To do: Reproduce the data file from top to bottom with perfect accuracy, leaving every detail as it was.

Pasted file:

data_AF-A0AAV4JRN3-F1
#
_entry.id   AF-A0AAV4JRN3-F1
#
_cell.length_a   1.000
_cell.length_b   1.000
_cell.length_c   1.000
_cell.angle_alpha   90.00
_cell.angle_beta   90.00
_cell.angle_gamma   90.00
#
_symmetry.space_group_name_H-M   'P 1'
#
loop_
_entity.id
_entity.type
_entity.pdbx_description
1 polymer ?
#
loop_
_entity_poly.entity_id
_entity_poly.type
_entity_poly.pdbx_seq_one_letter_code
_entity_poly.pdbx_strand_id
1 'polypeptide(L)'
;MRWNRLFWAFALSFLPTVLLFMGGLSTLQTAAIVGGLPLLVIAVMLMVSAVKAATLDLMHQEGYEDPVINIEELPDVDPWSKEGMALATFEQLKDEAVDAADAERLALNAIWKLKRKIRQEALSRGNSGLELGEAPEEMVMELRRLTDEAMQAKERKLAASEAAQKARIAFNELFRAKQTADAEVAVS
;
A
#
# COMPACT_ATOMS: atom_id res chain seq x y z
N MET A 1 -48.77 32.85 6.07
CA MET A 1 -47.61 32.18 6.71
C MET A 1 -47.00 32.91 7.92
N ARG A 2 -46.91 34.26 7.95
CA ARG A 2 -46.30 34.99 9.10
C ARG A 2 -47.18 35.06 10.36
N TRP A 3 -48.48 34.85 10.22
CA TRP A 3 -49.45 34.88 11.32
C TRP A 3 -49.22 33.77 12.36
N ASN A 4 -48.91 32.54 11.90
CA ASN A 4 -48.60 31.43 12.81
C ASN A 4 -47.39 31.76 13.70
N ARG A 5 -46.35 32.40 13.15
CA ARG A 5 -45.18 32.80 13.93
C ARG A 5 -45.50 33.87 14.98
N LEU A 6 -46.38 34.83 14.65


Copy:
data_AF-A0AAV4JRN3-F1
#
_entry.id   AF-A0AAV4JRN3-F1
#
_cell.length_a   1.000
_cell.length_b   1.000
_cell.length_c   1.000
_cell.angle_alpha   90.00
_cell.angle_beta   90.00
_cell.angle_gamma   90.00
#
_symmetry.space_group_name_H-M   'P 1'
#
loop_
_entity.id
_entity.type
_entity.pdbx_description
1 polymer ?
#
loop_
_entity_poly.entity_id
_entity_poly.type
_entity_poly.pdbx_seq_one_letter_code
_entity_poly.pdbx_strand_id
1 'polypeptide(L)'
;MRWNRLFWAFALSFLPTVLLFMGGLSTLQTAAIVGGLPLLVIAVMLMVSAVKAATLDLMHQEGYEDPVINIEELPDVDPWSKEGMALATFEQLKDEAVDAADAERLALNAIWKLKRKIRQEALSRGNSGLELGEAPEEMVMELRRLTDEAMQAKERKLAASEAAQKARIAFNELFRAKQTADAEVAVS
;
A
#
# COMPACT_ATOMS: atom_id res chain seq x y z
N MET A 1 -48.77 32.85 6.07
CA MET A 1 -47.61 32.18 6.71
C MET A 1 -47.00 32.91 7.92
N ARG A 2 -46.91 34.26 7.95
CA ARG A 2 -46.30 34.99 9.10
C ARG A 2 -47.18 35.06 10.36
N TRP A 3 -48.48 34.85 10.22
CA TRP A 3 -49.45 34.88 11.32
C TRP A 3 -49.22 33.77 12.36
N ASN A 4 -48.91 32.54 11.90
CA ASN A 4 -48.60 31.43 12.81
C ASN A 4 -47.39 31.76 13.70
N ARG A 5 -46.35 32.40 13.15
CA ARG A 5 -45.18 32.80 13.93
C ARG A 5 -45.50 33.87 14.98
N LEU A 6 -46.38 34.83 14.65